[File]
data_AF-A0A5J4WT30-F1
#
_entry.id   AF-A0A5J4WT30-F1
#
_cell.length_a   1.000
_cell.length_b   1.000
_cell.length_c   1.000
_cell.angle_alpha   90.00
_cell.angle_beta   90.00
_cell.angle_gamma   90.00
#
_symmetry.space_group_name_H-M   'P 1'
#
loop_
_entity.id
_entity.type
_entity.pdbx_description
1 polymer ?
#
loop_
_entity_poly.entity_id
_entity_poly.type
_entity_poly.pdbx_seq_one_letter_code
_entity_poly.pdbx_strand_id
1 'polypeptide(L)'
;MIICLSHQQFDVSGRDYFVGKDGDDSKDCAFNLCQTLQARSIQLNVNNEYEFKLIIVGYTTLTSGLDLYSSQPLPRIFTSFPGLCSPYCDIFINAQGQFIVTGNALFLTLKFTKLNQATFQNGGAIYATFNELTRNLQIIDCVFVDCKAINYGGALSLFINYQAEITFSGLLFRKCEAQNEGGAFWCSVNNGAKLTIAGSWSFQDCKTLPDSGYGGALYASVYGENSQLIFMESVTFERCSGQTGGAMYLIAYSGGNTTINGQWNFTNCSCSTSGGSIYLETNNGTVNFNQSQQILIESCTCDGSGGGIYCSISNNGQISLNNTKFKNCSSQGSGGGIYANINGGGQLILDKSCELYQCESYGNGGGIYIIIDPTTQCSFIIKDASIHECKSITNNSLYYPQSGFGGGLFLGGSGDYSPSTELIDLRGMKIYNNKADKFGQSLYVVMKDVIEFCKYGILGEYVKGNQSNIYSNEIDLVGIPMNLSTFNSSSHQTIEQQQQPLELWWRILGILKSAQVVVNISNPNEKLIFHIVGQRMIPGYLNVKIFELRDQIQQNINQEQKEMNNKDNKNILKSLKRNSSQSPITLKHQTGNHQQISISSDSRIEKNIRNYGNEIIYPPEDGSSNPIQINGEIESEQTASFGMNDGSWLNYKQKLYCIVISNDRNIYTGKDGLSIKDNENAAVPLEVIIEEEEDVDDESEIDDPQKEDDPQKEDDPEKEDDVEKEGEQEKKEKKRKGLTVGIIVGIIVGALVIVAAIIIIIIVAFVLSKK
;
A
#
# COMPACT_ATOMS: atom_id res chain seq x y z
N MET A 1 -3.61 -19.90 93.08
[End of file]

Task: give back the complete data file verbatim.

data_AF-A0A5J4WT30-F1
#
_entry.id   AF-A0A5J4WT30-F1
#
_cell.length_a   1.000
_cell.length_b   1.000
_cell.length_c   1.000
_cell.angle_alpha   90.00
_cell.angle_beta   90.00
_cell.angle_gamma   90.00
#
_symmetry.space_group_name_H-M   'P 1'
#
loop_
_entity.id
_entity.type
_entity.pdbx_description
1 polymer ?
#
loop_
_entity_poly.entity_id
_entity_poly.type
_entity_poly.pdbx_seq_one_letter_code
_entity_poly.pdbx_strand_id
1 'polypeptide(L)'
;MIICLSHQQFDVSGRDYFVGKDGDDSKDCAFNLCQTLQARSIQLNVNNEYEFKLIIVGYTTLTSGLDLYSSQPLPRIFTSFPGLCSPYCDIFINAQGQFIVTGNALFLTLKFTKLNQATFQNGGAIYATFNELTRNLQIIDCVFVDCKAINYGGALSLFINYQAEITFSGLLFRKCEAQNEGGAFWCSVNNGAKLTIAGSWSFQDCKTLPDSGYGGALYASVYGENSQLIFMESVTFERCSGQTGGAMYLIAYSGGNTTINGQWNFTNCSCSTSGGSIYLETNNGTVNFNQSQQILIESCTCDGSGGGIYCSISNNGQISLNNTKFKNCSSQGSGGGIYANINGGGQLILDKSCELYQCESYGNGGGIYIIIDPTTQCSFIIKDASIHECKSITNNSLYYPQSGFGGGLFLGGSGDYSPSTELIDLRGMKIYNNKADKFGQSLYVVMKDVIEFCKYGILGEYVKGNQSNIYSNEIDLVGIPMNLSTFNSSSHQTIEQQQQPLELWWRILGILKSAQVVVNISNPNEKLIFHIVGQRMIPGYLNVKIFELRDQIQQNINQEQKEMNNKDNKNILKSLKRNSSQSPITLKHQTGNHQQISISSDSRIEKNIRNYGNEIIYPPEDGSSNPIQINGEIESEQTASFGMNDGSWLNYKQKLYCIVISNDRNIYTGKDGLSIKDNENAAVPLEVIIEEEEDVDDESEIDDPQKEDDPQKEDDPEKEDDVEKEGEQEKKEKKRKGLTVGIIVGIIVGALVIVAAIIIIIIVAFVLSKK
;
A
#
# COMPACT_ATOMS: atom_id res chain seq x y z
N MET A 1 -3.61 -19.90 93.08